SINGAPORE (AP) — An incredible day on Wall Street, where major indexes finished at least 5 percent higher, lifted Japanese stocks but garnered a mixed reaction elsewhere in Asia and Europe on Thursday as some traders returned from a Christmas break.
KEEPING SCORE: Trading resumed Thursday for European markets, which were closed for the festive season. Germany's DAX dropped 0.3 percent to 10,601.98 while France's CAC 40 added 0.8 percent to 4,664.54. Britain's FTSE 100 was flat at 6,685.64. Wall Street was poised to open lower. Futures for the broad S&P futures were down 1 percent at 2,447.25. Dow futures fell 1 percent to 22,666.00.
ASIA'S DAY: Japan's Nikkei 225 index rebounded 3.9 percent to 20,077.62. It tumbled more than 5 percent on Tuesday before recovering slightly a day later. South Korea's Kospi was less than 0.1 percent higher at 2,028.44. The Shanghai Composite index lost 0.6 percent to 2,483.09. Markets in Hong Kong and Australia reopened after Christmas. The Hang Seng index was 0.7 percent lower at 25,478.88. Australia's S&P-ASX 200 jumped 1.9 percent to 5,597.20. Stocks climbed in Taiwan and throughout Southeast Asia.
WALL STREET JUMP: On Wednesday, U.S. markets snapped a four-day losing streak and clocked their best day in more than 10 years. Investors were reassured by an official signal that President Donald Trump, who has piled criticism of the Fed on Twitter, will not try to oust chairman Jerome Powell. Markets were also buoyed by strong U.S. holiday sales. Retail sales gained 5.1 percent between Nov. 1 and Dec. 24, as compared to a year ago, according to Mastercard SpendingPulse. It said U.S. shoppers spent more than $850 billion this year, both online and offline.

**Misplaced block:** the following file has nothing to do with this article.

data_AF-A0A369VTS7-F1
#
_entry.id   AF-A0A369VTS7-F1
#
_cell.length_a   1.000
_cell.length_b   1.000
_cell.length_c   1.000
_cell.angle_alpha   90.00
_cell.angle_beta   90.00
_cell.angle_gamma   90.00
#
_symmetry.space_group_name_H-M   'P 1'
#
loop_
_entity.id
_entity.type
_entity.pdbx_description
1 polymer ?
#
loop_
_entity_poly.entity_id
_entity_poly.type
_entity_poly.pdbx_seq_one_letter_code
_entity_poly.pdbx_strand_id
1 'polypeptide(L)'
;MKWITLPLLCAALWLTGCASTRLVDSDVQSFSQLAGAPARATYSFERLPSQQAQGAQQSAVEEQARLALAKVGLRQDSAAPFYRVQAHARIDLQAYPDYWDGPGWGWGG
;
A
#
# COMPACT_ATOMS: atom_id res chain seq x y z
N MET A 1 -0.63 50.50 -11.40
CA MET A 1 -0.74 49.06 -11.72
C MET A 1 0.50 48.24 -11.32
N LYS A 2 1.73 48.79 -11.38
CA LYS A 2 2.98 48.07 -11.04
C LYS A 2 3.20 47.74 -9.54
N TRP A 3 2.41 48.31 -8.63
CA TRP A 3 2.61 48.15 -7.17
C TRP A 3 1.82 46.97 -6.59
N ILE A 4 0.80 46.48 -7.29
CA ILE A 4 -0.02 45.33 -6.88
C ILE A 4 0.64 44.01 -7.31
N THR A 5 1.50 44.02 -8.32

ANALYST'S TAKE: "The question, of course, is whether this is just a snapback bear market rally, or as Trump said, a tremendous opportunity to buy stocks?" Chris Weston of Pepperstone Group Limited said in a market commentary. "We can assess the fundamental drivers, such as poor global economics, the Fed not altering its forward guidance or providing flexibility to the pace of balance sheet normalization, and ascertain nothing has really changed here," he added.
U.S.-CHINA TALKS: Bloomberg reported that the U.S. will send a government delegation to hold trade talks with Chinese officials in Beijing in the week starting Jan. 7. It cited two people familiar with the matter. This follows a meeting between U.S. President Donald Trump and his Chinese counterpart Xi Jinping in Argentina earlier this month. The two leaders agreed to hold off on additional tariffs for 90 days, to work on disagreements on trade and technology policies.
ENERGY: Benchmark U.S. crude dropped 46 cents to $45.76 a barrel in electronic trading on the New York Mercantile Exchange. The contract posted its biggest one-day gain in more than two years and settled at $46.22 a barrel in New York on Wednesday. Brent crude, used to price international oils, shed 68 cents to $53.79 a barrel.
CURRENCIES: The dollar eased to 110.90 yen from 111.37 yen late Wednesday. The euro rose to $1.1397 from $1.1353.